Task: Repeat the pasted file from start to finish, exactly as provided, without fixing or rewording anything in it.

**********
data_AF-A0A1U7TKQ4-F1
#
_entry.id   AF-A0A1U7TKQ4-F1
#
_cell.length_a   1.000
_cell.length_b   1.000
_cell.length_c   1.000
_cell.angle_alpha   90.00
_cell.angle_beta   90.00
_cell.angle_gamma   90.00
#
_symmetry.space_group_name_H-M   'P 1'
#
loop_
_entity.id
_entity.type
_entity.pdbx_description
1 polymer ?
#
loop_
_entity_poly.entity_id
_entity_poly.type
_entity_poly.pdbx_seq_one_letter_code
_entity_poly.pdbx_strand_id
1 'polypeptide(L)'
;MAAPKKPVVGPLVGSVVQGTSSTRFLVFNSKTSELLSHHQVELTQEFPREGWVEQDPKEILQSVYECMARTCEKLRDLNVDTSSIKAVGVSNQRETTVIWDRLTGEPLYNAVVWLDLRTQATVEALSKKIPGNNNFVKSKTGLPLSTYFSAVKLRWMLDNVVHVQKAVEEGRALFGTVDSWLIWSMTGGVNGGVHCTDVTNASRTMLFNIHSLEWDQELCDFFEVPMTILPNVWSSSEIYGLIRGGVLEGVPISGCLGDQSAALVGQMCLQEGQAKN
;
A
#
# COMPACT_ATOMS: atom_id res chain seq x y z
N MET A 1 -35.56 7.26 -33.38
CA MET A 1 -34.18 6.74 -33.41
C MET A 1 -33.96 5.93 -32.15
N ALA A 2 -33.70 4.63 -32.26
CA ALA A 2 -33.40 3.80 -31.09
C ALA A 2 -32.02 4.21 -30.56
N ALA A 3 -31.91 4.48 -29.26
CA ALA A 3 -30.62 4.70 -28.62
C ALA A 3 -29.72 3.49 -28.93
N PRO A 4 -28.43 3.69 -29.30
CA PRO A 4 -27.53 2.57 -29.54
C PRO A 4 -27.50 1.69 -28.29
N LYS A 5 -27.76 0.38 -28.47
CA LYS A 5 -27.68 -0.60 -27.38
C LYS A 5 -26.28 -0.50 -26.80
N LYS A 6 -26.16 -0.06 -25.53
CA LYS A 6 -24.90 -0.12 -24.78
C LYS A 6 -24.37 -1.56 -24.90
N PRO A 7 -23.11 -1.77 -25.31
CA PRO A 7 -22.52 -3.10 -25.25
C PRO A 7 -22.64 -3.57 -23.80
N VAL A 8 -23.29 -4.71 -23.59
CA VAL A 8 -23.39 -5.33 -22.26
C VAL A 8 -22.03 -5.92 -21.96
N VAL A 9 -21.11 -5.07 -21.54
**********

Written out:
data_AF-A0A1U7TKQ4-F1
#
_entry.id   AF-A0A1U7TKQ4-F1
#
_cell.length_a   1.000
_cell.length_b   1.000
_cell.length_c   1.000
_cell.angle_alpha   90.00
_cell.angle_beta   90.00
_cell.angle_gamma   90.00
#
_symmetry.space_group_name_H-M   'P 1'
#
loop_
_entity.id
_entity.type
_entity.pdbx_description
1 polymer ?
#
loop_
_entity_poly.entity_id
_entity_poly.type
_entity_poly.pdbx_seq_one_letter_code
_entity_poly.pdbx_strand_id
1 'polypeptide(L)'
;MAAPKKPVVGPLVGSVVQGTSSTRFLVFNSKTSELLSHHQVELTQEFPREGWVEQDPKEILQSVYECMARTCEKLRDLNVDTSSIKAVGVSNQRETTVIWDRLTGEPLYNAVVWLDLRTQATVEALSKKIPGNNNFVKSKTGLPLSTYFSAVKLRWMLDNVVHVQKAVEEGRALFGTVDSWLIWSMTGGVNGGVHCTDVTNASRTMLFNIHSLEWDQELCDFFEVPMTILPNVWSSSEIYGLIRGGVLEGVPISGCLGDQSAALVGQMCLQEGQAKN
;
A
#
# COMPACT_ATOMS: atom_id res chain seq x y z
N MET A 1 -35.56 7.26 -33.38
CA MET A 1 -34.18 6.74 -33.41
C MET A 1 -33.96 5.93 -32.15
N ALA A 2 -33.70 4.63 -32.26
CA ALA A 2 -33.40 3.80 -31.09
C ALA A 2 -32.02 4.21 -30.56
N ALA A 3 -31.91 4.48 -29.26
CA ALA A 3 -30.62 4.70 -28.62
C ALA A 3 -29.72 3.49 -28.93
N PRO A 4 -28.43 3.69 -29.30
CA PRO A 4 -27.53 2.57 -29.54
C PRO A 4 -27.50 1.69 -28.29
N LYS A 5 -27.76 0.38 -28.47
CA LYS A 5 -27.68 -0.60 -27.38
C LYS A 5 -26.28 -0.50 -26.80
N LYS A 6 -26.16 -0.06 -25.53
CA LYS A 6 -24.90 -0.12 -24.78
C LYS A 6 -24.37 -1.56 -24.90
N PRO A 7 -23.11 -1.77 -25.31
CA PRO A 7 -22.52 -3.10 -25.25
C PRO A 7 -22.64 -3.57 -23.80
N VAL A 8 -23.29 -4.71 -23.59
CA VAL A 8 -23.39 -5.33 -22.26
C VAL A 8 -22.03 -5.92 -21.96
N VAL A 9 -21.11 -5.07 -21.54